Coping with anxiety about the Coronavirus

Feelings of anxiety are completely normal during a pandemic. We share tips to help you manage negative thoughts and protect your mental wellbeing.

COVID-19 is at the forefront of all our minds, causing many of us to feel worried or panicked. It’s a new situation and one that’s changing every day.

Anxiety is often rooted in worrying about the unknown, something that can cause a variety of other negative emotions too. If you’re feeling stressed, sad, low or overwhelmed, you are not alone. Millions of people across the country are feeling the same.

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In unprecedented times like this, you might find yourself behaving and reacting in unexpected ways. Try to cut yourself some slack; most people are finding the pandemic hard to come to terms with.

If anxiety about coronavirus is becoming an issue, it’s important to recognise how you’re feeling and take action to prevent the concern from consuming you.

Here are a few ways you can take positive action to prevent anxiety from consuming you.

Take a break from news stories and social media

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Being concerned about the news is understandable. However, the amount of news we choose to engage with can influence our mental wellbeing. It’s important to find the right balance, so you’re staying informed without becoming alarmed.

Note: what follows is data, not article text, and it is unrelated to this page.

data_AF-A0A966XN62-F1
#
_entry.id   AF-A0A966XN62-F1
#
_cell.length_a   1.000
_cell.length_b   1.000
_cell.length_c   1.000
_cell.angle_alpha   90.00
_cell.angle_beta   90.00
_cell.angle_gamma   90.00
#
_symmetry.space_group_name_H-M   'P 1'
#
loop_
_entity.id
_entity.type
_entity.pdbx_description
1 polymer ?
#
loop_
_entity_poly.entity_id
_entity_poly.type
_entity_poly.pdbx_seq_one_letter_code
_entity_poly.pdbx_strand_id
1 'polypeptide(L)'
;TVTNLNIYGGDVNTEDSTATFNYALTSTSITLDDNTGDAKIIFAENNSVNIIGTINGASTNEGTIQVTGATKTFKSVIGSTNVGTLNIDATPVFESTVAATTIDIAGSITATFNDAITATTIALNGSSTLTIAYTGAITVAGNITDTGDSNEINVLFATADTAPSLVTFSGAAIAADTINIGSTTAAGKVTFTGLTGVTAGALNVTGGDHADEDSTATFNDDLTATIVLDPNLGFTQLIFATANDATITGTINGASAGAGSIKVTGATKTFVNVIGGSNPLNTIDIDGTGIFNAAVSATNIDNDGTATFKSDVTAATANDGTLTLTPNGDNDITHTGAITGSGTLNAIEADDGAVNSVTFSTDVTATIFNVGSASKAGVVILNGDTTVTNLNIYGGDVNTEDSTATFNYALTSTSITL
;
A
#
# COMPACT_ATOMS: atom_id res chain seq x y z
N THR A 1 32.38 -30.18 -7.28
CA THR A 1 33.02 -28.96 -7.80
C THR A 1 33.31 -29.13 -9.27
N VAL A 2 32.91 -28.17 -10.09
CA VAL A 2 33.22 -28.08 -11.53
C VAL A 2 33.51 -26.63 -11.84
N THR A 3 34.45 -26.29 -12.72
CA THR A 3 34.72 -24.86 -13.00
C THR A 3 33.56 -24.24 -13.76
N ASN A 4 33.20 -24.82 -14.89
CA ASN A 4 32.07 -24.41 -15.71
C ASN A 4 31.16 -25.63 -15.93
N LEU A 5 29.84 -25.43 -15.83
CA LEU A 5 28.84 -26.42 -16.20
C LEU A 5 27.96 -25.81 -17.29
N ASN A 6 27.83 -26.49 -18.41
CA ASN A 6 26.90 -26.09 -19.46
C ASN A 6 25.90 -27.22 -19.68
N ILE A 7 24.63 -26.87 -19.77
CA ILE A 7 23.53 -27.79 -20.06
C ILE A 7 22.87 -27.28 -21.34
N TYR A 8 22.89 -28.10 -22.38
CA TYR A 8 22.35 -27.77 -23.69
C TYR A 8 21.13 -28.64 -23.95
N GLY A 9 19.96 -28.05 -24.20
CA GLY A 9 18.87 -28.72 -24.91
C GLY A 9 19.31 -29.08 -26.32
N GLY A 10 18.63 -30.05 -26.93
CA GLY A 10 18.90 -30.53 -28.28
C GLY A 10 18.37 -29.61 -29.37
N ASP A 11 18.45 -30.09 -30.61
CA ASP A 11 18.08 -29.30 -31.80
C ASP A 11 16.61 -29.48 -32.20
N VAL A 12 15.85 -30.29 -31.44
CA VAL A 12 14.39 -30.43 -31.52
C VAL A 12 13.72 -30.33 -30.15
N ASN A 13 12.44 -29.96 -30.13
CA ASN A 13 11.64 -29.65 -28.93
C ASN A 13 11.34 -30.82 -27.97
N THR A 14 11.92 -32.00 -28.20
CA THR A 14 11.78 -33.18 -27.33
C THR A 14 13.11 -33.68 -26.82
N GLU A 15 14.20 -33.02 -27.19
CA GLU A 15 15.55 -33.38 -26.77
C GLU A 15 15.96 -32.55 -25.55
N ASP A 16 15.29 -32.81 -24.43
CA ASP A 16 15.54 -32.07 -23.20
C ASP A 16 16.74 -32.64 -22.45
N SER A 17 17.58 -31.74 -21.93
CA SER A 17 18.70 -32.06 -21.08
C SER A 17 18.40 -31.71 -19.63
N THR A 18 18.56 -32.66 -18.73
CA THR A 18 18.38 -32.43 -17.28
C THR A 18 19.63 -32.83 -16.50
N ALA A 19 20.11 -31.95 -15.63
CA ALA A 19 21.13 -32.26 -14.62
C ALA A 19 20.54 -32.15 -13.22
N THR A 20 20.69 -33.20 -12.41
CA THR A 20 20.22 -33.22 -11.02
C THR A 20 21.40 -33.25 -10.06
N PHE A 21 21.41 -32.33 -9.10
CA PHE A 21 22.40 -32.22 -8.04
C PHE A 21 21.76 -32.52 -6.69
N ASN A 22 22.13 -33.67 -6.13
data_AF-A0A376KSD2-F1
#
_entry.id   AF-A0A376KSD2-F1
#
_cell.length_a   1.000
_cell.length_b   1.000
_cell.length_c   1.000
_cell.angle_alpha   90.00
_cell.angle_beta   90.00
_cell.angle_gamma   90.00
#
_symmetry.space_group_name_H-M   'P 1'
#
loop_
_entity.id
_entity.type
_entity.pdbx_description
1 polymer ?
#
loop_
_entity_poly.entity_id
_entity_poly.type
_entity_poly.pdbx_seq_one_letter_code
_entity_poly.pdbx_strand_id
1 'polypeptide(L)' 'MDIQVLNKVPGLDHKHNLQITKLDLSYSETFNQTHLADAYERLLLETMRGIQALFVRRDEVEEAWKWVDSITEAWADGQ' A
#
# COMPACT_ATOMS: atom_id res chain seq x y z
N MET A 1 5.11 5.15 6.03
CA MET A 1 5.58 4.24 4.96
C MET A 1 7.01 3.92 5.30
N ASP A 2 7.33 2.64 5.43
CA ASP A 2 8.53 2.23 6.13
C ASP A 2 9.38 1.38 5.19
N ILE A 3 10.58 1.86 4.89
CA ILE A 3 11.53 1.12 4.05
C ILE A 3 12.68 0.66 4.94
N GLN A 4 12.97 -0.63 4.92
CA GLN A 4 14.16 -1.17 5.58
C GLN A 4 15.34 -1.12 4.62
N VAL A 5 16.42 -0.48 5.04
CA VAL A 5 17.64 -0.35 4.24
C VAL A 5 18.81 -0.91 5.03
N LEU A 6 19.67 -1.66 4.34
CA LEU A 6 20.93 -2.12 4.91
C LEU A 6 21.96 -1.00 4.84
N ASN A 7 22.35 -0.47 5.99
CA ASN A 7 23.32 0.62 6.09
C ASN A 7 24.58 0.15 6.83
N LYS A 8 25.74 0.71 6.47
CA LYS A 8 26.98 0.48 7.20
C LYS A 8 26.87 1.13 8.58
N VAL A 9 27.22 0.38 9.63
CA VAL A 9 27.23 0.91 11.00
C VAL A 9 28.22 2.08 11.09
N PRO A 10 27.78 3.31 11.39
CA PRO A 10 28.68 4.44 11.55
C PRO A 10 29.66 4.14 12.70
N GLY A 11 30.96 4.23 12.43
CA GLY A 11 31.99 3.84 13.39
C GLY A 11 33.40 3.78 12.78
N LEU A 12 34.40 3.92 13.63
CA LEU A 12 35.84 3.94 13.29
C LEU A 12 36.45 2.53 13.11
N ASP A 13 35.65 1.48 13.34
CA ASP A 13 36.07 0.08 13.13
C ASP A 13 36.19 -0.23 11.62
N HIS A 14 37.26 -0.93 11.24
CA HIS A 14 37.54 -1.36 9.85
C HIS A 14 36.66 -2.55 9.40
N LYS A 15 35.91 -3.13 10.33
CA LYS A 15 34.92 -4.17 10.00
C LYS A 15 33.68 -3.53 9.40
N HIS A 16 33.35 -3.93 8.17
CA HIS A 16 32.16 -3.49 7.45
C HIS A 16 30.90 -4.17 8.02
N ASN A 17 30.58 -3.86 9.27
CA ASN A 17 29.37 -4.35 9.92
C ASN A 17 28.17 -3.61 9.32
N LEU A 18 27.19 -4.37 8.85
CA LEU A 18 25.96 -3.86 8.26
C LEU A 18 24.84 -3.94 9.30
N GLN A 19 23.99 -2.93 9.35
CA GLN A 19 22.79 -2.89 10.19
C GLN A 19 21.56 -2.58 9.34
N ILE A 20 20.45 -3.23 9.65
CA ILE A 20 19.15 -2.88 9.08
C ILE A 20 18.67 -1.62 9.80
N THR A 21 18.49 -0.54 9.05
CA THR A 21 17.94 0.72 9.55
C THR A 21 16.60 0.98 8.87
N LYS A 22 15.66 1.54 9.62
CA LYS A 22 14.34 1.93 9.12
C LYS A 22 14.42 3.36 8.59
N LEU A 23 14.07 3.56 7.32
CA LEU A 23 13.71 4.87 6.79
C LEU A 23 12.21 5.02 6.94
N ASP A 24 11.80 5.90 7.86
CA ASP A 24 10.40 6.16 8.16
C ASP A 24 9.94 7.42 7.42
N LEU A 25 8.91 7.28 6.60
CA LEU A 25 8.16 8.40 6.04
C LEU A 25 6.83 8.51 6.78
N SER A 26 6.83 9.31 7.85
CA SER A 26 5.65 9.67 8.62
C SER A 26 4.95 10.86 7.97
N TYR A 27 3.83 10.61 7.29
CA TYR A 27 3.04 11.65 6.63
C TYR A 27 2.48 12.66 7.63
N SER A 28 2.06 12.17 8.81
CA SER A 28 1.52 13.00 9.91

Limit the amount of time you spend reading or watching news items and be mindful of the time you spend on social media. If they are not making you feel better, is it worth engaging with them?

Decide when you want to get the latest news — perhaps in the morning and again in the evening – and then resist the urge to read articles and watch news throughout the rest of the day.

Whatever you do, don’t leave the TV on in the background all day.

Choose your sources carefully

It's normal to experience intense feelings right now, so be careful about the types – and sources – of information you’re consuming. Rumour and speculation can cause anxiety, while having good quality information about your concerns can help you to feel more in control.

Make sure to take advice and guidance from reputable sources such as the World Health Organisation, Government and NHS websites. Check things you see on social media. There is a lot of incorrect information out there. It's important to balance out emotions with logic by looking at the facts.

Look for positive media that reports healthy actions as this may help you feel better, and it could motivate you to take more positive action.

If you want somewhere to start, the BBC has gathered a selection of stories highlighting creativity and kindness during the outbreak.

Keep communicating

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The way we communicate with our friends, family and colleagues will change over the coming weeks while we abide by social distancing guidelines. What is most important is that we stay connected. At times of stress, we deal best when we feel supported.